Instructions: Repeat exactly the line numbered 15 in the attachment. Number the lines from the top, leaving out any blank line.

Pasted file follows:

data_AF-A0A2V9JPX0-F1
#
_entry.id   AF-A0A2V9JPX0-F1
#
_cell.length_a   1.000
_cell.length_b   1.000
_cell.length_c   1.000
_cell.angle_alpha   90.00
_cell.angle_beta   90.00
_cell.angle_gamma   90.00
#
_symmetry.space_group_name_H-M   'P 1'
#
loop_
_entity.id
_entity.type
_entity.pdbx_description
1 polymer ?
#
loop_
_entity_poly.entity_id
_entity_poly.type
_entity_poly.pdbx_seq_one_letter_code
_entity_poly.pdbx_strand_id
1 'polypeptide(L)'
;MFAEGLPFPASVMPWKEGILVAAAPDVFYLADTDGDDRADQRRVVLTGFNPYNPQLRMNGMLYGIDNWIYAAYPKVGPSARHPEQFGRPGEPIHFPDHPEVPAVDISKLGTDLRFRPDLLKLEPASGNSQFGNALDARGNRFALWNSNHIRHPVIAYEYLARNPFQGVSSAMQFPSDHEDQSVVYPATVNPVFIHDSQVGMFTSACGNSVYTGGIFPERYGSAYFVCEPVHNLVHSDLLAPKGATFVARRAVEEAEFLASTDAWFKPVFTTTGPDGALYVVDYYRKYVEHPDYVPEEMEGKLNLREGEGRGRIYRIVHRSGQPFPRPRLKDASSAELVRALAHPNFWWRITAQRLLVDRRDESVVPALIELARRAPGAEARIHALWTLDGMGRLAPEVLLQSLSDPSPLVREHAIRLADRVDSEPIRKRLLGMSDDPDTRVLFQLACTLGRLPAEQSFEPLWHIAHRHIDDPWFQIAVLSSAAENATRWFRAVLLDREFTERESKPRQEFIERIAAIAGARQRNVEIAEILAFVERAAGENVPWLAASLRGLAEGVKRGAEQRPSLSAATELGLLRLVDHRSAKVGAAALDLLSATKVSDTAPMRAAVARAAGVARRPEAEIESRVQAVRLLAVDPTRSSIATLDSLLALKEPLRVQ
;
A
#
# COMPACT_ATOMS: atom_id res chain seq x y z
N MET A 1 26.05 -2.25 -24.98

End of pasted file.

_entity.id